The EB-5 Visa program’s popularity has skyrocketed in the last couple of years.  A foreign investor can obtain permanent residency and, eventually, citizenship if the investment follows the United States Citizenship and Immigration Service’s (“USCIS”) guidelines of the EB-5 Visa Program.  The majority of EB-5 Investors invest through so-called Regional Centers.

A Regional Center is an entity, approved by USCIS, to develop projects that meet EB-5 guidelines.  The Regional Center could be the developer of the project or another entity that manages the project.  Obtaining the designation of an approved regional center from USCIS allows that entity to solicit foreign EB-5 Investors.    Although the program has been a huge success – generating billions of dollars in direct investment and creating tens of thousands of U.S. jobs – this success has attracted the attention of unscrupulous individuals.

A couple of recent high-profile examples include the Chicago Regional Center (discussed here) and, more recently, an individual who created a fraudulent regional center to solicit funds and divert them for his personal use.   Despite these unfortunate, the vast majority of EB-5 Regional Centers are legitimate.

If you are considering investing in an EB-5 Regional Center, it is important to conduct your own research and due diligence.  Although this should not be viewed as a comprehensive list, the following guide should be used to assess the viability of the Regional Center and feasibility of the underlying project.

EB-5 Investors: Due Diligence Guide

  1. The beginning step should be to always confirm that the Regional Center has been approved by USCIS.  Start by checking on www.uscis.gov.  USCIS maintains an up-to-date list of Regional Centers across the country.
  2. After you have located a potential Regional Center, request a copy of their USCIS approval letter.  This will help ensure that you are not dealing with an imposter instead of the actual Regional Center.  Further, obtain copies of the actual filings with USCIS.  Regional Centers must file an application (Form I-924) to obtain initial designation and approval.
  3. Stay away from Regional Center projects that do not have clearly written and planned investment offering documents.  Reputable Regional Centers will usually have a Private Placement Memorandum (PPM), or similar, to send to an interested investor.  In addition to the PPM, investment documents for a typical Regional Center project include: Request the above investment information in writing.  If you do not have experience in evaluating the profitability or viability of a potential project, hire an experienced professional, such as a Corporate Lawyer or Business Consultant, to assist you.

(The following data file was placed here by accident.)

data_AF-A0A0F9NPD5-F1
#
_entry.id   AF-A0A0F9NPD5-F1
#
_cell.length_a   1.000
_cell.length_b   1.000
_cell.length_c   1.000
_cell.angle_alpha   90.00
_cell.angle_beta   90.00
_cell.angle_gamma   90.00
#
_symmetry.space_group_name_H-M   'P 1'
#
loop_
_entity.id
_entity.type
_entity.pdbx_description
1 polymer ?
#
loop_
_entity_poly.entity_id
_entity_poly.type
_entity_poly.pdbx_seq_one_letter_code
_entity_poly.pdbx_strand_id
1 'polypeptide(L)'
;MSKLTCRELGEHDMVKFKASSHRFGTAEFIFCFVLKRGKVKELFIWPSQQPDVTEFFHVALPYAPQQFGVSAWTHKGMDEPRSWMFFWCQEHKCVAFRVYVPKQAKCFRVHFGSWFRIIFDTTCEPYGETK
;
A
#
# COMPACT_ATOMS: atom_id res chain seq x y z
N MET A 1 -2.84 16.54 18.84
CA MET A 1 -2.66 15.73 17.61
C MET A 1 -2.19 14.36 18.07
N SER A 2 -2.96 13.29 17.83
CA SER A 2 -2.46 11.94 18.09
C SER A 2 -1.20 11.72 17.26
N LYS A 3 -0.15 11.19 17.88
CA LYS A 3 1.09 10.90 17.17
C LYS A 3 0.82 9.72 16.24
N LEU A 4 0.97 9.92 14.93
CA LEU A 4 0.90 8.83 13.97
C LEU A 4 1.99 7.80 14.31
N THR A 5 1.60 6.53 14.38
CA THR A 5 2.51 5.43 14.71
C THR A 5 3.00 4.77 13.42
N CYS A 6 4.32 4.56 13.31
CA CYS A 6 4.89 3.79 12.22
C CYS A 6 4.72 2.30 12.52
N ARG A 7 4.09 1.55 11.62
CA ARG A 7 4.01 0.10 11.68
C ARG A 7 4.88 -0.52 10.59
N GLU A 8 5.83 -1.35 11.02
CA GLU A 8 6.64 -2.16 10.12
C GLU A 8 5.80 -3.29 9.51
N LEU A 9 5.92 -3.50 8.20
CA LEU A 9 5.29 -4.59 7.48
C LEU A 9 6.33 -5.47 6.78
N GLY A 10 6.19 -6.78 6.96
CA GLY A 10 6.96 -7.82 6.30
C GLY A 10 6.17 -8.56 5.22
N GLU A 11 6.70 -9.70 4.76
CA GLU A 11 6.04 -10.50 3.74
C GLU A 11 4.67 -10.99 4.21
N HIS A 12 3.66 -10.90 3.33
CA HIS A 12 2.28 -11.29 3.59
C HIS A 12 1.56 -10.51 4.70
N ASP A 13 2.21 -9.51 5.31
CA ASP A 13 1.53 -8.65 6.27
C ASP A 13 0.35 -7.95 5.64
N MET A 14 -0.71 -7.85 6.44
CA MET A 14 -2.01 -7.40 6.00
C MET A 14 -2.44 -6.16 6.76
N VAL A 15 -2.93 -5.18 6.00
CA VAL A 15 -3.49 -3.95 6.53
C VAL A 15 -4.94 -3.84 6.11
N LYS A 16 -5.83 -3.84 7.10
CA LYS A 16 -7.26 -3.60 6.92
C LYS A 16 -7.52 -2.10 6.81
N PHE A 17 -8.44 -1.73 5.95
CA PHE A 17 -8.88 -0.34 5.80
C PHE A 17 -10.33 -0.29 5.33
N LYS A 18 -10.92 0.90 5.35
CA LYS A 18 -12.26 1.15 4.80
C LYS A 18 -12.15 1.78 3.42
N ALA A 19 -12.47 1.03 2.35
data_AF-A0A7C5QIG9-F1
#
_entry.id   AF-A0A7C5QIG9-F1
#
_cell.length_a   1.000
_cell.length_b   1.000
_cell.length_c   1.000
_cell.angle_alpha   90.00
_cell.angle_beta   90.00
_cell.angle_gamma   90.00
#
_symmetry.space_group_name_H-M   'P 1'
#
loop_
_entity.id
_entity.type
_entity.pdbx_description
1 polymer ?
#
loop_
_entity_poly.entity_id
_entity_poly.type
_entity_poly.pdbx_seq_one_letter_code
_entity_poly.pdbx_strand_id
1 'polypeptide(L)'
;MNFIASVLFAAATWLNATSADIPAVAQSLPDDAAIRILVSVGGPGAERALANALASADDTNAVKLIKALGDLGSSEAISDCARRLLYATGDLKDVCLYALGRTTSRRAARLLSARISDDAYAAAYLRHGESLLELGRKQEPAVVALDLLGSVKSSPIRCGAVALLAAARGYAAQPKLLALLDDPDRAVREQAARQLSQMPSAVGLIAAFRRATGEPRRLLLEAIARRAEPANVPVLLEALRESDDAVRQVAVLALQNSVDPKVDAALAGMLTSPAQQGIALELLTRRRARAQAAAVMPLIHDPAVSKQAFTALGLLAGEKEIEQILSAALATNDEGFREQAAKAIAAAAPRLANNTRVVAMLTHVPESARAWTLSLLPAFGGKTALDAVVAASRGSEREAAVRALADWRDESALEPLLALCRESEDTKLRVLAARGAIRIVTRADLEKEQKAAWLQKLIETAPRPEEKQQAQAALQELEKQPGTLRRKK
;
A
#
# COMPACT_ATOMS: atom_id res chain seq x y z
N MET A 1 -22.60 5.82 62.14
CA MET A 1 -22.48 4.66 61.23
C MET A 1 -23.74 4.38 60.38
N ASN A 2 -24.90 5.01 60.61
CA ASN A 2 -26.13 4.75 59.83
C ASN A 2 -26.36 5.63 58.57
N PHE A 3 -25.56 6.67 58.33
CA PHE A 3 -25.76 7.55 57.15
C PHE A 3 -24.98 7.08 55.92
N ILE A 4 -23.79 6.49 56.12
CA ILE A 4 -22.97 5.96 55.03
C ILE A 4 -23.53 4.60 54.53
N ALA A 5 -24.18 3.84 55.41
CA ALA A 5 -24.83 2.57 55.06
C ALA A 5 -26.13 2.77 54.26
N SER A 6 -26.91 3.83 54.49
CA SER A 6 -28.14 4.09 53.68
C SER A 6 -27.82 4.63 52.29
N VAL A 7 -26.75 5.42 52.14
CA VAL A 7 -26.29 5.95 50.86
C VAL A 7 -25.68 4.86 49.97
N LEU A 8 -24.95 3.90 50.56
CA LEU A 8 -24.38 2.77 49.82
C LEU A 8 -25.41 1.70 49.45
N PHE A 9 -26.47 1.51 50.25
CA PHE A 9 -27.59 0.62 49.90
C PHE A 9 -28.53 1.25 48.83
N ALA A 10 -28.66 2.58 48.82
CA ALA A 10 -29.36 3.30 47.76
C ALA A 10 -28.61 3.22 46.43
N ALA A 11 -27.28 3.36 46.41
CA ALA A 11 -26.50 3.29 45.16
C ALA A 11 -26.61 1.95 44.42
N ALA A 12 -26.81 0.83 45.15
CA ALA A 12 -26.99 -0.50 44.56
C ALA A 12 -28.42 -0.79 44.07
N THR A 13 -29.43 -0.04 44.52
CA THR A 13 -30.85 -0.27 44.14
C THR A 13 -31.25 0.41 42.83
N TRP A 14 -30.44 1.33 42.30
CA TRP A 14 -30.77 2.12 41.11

• Memorandum of Terms or Term Sheet;
    • Partnership Agreement or similar;
    • Investor Qualification Questionnaire;
    • Subscription Agreement;
    • Escrow Agreement;
    • USCIS Approval Letter
    • Investor Certificates;
    • Comprehensive Business Plan;
    • Economic Impact Plan by a qualified professional;
    • Wiring Instructions;
    • Disclosures of Administrative Fees;
    • Marketing Plan and Sample Marketing Material
    • Among others
  4. Consider the project developer’s involvement in the project.  A majority of EB-5 Regional Center developers often make significant capital investments in the project.  This would be a positive indication for the investor, because it means the developer’s own funds are at risk and they have their “skin in the game”–their financial return is linked to the success of the project.

Remember, although the EB-5 visa program has one of the highest USCIS approval percentages for individual investors, it is not “guaranteed.”  A telltale sign of potential fraud are promises of a conditional or permanent green card or citizenship.  In addition, be wary of promises of returns on the investment that are significantly higher than market rates.

Keep in mind that a requirement of the EB-5 investment is that the investor’s funds must be at risk–that means that the Regional Center or developer cannot even guarantee the return of your principal investment.  Although most reputable Regional Centers will in fact pay return the investment funds at the end of the agreed-upon period, a promise or guarantee at the outset is not feasible – and could even result in the denial of application with USCIS.

The EB-5 Regional Center program has been very successful and is gaining in popularity.  It has significant potential in generating foreign direct investment in rural and high unemployment areas.  It is also very popular with investors because of it has a track record of success and high rate of USCIS approvals.  However, a potential foreign EB-5 investor should always exercise caution when considering an EB-5 Regional Center investment.  Comprehensive due diligence and research, as with any other investment, is necessary and highly recommended.

If you would like more information about the EB-5 Visa or Regional Center development and investment offerings, please contact Wassem M. Amin, Esq., at wassem@dharlawllp.com.

___________________________________________________________________________________________

Disclaimer: These materials have been prepared by Wassem M. Amin, Esq. for informational purposes only and are not legal advice.  The material posted on this web site is not intended to create, and receipt of it does not constitute, a lawyer-client relationship, and readers should not act upon it without seeking professional counsel.

Wassem M. Amin, Esq., MBA is an Associate Attorney at Dhar Law LLP in Boston, MA and is the Vice Chairman of the Middle East Division as well as the Islamic Finance Committee of the American Bar Association’s International Law Section.  Wassem has extensive experience in the Middle East region, having worked as a consultant in the area for over 9 years.  Wassem currently concentrates his practice on Corporate Law, Business Immigration and International Business Transactions.  He has advised countless Eb-5 Investors and assisted developers in structuring USCIS-compliant EB-5 Regional Centers.  For more information, please visit the About Us page or request more information on our Contact Us page.